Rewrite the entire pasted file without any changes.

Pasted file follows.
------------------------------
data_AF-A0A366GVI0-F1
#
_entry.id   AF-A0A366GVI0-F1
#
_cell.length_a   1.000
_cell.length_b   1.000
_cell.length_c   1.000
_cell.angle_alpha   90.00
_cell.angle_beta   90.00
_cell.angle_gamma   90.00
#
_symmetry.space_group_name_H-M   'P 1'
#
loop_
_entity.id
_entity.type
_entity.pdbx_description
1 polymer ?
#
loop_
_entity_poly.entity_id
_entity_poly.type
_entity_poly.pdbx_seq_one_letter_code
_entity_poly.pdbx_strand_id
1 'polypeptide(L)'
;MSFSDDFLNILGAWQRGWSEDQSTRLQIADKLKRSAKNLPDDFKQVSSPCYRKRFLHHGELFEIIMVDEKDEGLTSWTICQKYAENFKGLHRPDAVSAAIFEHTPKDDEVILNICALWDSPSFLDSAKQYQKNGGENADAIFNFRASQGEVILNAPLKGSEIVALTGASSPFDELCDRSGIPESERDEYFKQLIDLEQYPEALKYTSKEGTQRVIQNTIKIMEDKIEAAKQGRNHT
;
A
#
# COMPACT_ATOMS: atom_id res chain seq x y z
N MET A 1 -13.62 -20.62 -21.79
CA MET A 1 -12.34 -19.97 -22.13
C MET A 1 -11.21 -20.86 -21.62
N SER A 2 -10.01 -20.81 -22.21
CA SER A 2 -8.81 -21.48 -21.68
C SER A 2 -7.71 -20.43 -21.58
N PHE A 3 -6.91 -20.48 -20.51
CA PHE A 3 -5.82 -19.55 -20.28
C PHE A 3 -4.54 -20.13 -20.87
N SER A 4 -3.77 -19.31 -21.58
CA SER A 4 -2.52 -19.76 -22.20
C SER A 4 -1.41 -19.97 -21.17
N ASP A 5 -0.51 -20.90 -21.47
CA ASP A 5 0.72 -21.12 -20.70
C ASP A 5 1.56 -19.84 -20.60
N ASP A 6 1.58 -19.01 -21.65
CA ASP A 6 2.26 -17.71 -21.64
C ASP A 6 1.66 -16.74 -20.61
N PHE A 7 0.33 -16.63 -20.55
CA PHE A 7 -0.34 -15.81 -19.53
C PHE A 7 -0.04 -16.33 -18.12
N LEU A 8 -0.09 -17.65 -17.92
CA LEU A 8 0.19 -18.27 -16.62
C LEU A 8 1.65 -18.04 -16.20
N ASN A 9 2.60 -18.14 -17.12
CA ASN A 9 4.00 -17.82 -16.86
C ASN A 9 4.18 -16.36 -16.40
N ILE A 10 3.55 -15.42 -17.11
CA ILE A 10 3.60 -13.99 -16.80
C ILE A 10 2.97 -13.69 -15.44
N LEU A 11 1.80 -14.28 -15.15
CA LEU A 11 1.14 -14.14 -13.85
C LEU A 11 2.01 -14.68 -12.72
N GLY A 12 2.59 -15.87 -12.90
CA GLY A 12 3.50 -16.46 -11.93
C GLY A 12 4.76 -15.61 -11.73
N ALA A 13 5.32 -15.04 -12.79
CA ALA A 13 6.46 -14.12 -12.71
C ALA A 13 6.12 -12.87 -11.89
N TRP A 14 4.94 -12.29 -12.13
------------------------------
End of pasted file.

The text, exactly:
data_AF-A0A366GVI0-F1
#
_entry.id   AF-A0A366GVI0-F1
#
_cell.length_a   1.000
_cell.length_b   1.000
_cell.length_c   1.000
_cell.angle_alpha   90.00
_cell.angle_beta   90.00
_cell.angle_gamma   90.00
#
_symmetry.space_group_name_H-M   'P 1'
#
loop_
_entity.id
_entity.type
_entity.pdbx_description
1 polymer ?
#
loop_
_entity_poly.entity_id
_entity_poly.type
_entity_poly.pdbx_seq_one_letter_code
_entity_poly.pdbx_strand_id
1 'polypeptide(L)'
;MSFSDDFLNILGAWQRGWSEDQSTRLQIADKLKRSAKNLPDDFKQVSSPCYRKRFLHHGELFEIIMVDEKDEGLTSWTICQKYAENFKGLHRPDAVSAAIFEHTPKDDEVILNICALWDSPSFLDSAKQYQKNGGENADAIFNFRASQGEVILNAPLKGSEIVALTGASSPFDELCDRSGIPESERDEYFKQLIDLEQYPEALKYTSKEGTQRVIQNTIKIMEDKIEAAKQGRNHT
;
A
#
# COMPACT_ATOMS: atom_id res chain seq x y z
N MET A 1 -13.62 -20.62 -21.79
CA MET A 1 -12.34 -19.97 -22.13
C MET A 1 -11.21 -20.86 -21.62
N SER A 2 -10.01 -20.81 -22.21
CA SER A 2 -8.81 -21.48 -21.68
C SER A 2 -7.71 -20.43 -21.58
N PHE A 3 -6.91 -20.48 -20.51
CA PHE A 3 -5.82 -19.55 -20.28
C PHE A 3 -4.54 -20.13 -20.87
N SER A 4 -3.77 -19.31 -21.58
CA SER A 4 -2.52 -19.76 -22.20
C SER A 4 -1.41 -19.97 -21.17
N ASP A 5 -0.51 -20.90 -21.47
CA ASP A 5 0.72 -21.12 -20.70
C ASP A 5 1.56 -19.84 -20.60
N ASP A 6 1.58 -19.01 -21.65
CA ASP A 6 2.26 -17.71 -21.64
C ASP A 6 1.66 -16.74 -20.61
N PHE A 7 0.33 -16.63 -20.55
CA PHE A 7 -0.34 -15.81 -19.53
C PHE A 7 -0.04 -16.33 -18.12
N LEU A 8 -0.09 -17.65 -17.92
CA LEU A 8 0.19 -18.27 -16.62
C LEU A 8 1.65 -18.04 -16.20
N ASN A 9 2.60 -18.14 -17.12
CA ASN A 9 4.00 -17.82 -16.86
C ASN A 9 4.18 -16.36 -16.40
N ILE A 10 3.55 -15.42 -17.11
CA ILE A 10 3.60 -13.99 -16.80
C ILE A 10 2.97 -13.69 -15.44
N LEU A 11 1.80 -14.28 -15.15
CA LEU A 11 1.14 -14.14 -13.85
C LEU A 11 2.01 -14.68 -12.72
N GLY A 12 2.59 -15.87 -12.90
CA GLY A 12 3.50 -16.46 -11.93
C GLY A 12 4.76 -15.61 -11.73
N ALA A 13 5.32 -15.04 -12.79
CA ALA A 13 6.46 -14.12 -12.71
C ALA A 13 6.12 -12.87 -11.89
N TRP A 14 4.94 -12.29 -12.13